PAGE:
How to make a clay or earth oven

The notes here are a mixture of my own experience and notes plucked from the internet.
By the way, our own oven has a few dimensions you may like to note. It works really well, and an Italian friend was impressed with how well it cooked pizza.
From back to front- internal it measures 1 m on the floor. Internal width at widest point is 800mm. Its highest point in the internal height is 420 mm. The door is 450 mm wide at base and at highest point is 240mm. The door is shaped like a half circle, with the flat, rather obviously on the floor.

I believe the notes here are about as good as you will get. Check them out. I have added further thoughts below.

This site seems useful

I am trying to provide information for people in the tropics who are really limited in the dollars they have to spend.

These notes are not finished. That comes later. Kiko Denzo has written the guide for building earth ovens. The website these notes were taken from was based on his book. I have modified again, for the tropical situation.

Mud oven Project – technical notes.

* Basic oven is a simple, dome shaped shell of mud and sand
* we built a simple one layer oven – however you can build up to 3 layers-
– dense thermal layer
– less dense layer with straw
– finish layer
* to figure how big to make the oven – start off deciding how often and for what you will be using it. lay out loaf/pizza pans to see how big a circle you need to contain it – thats how big the oven needs to be.

There is a good chance that food drying may be a part of the reason for building an earth/clay oven in Papua New Guinea. Make it big enough!  1 m diameter circle for the inside of the oven makes a good large oven. Experiment with different sizes as larger ovens may tend to collapse.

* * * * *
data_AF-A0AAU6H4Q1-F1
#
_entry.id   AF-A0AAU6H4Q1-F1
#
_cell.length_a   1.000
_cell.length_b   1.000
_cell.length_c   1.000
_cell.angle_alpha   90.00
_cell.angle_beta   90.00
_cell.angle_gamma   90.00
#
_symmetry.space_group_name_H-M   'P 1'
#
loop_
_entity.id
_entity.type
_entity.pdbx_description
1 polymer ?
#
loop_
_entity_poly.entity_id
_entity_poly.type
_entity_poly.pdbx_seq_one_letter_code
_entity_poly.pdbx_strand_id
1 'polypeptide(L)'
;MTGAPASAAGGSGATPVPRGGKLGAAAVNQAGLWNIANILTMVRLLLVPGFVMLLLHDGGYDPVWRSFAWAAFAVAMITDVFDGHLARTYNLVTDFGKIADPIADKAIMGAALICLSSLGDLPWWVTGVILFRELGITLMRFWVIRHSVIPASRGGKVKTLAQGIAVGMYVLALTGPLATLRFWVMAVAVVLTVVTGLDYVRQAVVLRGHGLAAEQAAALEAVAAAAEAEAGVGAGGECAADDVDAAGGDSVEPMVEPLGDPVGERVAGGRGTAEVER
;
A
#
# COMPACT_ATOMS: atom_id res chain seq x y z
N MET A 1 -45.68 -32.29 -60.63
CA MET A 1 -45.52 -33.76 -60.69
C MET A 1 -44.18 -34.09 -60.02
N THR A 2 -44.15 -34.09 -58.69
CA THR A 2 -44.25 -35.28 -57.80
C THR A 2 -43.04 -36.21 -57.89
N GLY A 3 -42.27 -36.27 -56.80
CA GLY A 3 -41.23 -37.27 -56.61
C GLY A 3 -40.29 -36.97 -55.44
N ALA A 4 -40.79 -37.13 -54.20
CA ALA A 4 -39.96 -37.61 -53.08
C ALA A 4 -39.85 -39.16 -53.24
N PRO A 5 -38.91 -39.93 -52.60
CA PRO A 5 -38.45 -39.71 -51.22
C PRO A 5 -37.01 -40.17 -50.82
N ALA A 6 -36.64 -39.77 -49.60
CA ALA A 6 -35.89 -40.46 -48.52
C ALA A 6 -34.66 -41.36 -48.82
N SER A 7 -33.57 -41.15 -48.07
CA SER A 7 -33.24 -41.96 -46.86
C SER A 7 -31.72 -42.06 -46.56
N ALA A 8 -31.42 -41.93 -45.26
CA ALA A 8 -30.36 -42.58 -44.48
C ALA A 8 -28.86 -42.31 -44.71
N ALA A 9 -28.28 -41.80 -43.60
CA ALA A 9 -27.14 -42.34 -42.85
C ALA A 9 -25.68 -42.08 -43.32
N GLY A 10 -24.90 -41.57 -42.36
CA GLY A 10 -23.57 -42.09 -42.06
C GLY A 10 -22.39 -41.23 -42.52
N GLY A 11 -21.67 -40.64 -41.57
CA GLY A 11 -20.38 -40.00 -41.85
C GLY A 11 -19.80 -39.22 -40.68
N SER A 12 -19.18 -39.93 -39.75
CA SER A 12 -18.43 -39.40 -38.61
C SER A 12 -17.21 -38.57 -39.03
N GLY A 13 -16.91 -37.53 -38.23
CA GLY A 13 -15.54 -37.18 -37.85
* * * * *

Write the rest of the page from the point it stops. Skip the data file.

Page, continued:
Where should the oven be? Think about:
– wind – direction
– wood – storage
– water – having water close by is always good- and assists with safety. Remember young children get burnt really easily.
– roof – protection – this is a must.
* materials list:
– water
– dirt – subsoil – amount will depend on clay content (don’t use top soil)
– sand to mix with mud – sharp sand not round
– sand for oven form – needs to be able to hold its form
– straw if doing an insulating layer
– foundation – use bricks, wood, concrete, urbanite (old broken up concrete) etc – height determined by how low you want the door
– floor of oven – firebricks (expensive), standard red bricks (approx 28) new or used but must be smooth and flat.
o wood for door
o newspaper
* note on waterproofing oven: Denzer says an earthen oven is like a living thing and must be able to breathe. When baking it exhales steam, by putting a non breathable finish on like paint or concrete on top of the oven it is like putting on a rubber suit – it traps moisture. and the steam will condense and soak back into the oven – possibly cause collapse. the best sort of water proofing is a roof – leave at least 3inch ventilation gap.
* Mud: dig down to where the subsoil layer is – hard solid mass of earth. recognising subsoil – its hard, it doesn’t crumble. add water and you can mould it, when dry it is hard and not crumbly, it feels sticky and greasy when wet.
o final cob mix needs a mix of 75% sand and 25% clay
o give mud/cob mix test to see if it is right consistency – dampen mix lightly – not paste, listen to it crunch – squeeze and hear grinding. add more sand if it doesn’t.
o then the snow ball test – make it dry not too wet, pack it into a firm ball – this might take a few minutes. drop it onto the ground and it should hold its shape if it crumbles add more clay, if it goes flat add more sand, if it holds its shape – perfect.
o more technical details in the book about shrinkage and strength, which we didn’t really bother with.
* foundation: must support the weight, be at the correct height, protect against the elements.
* see our post on building the foundation out of wood and using prefab concrete at a base.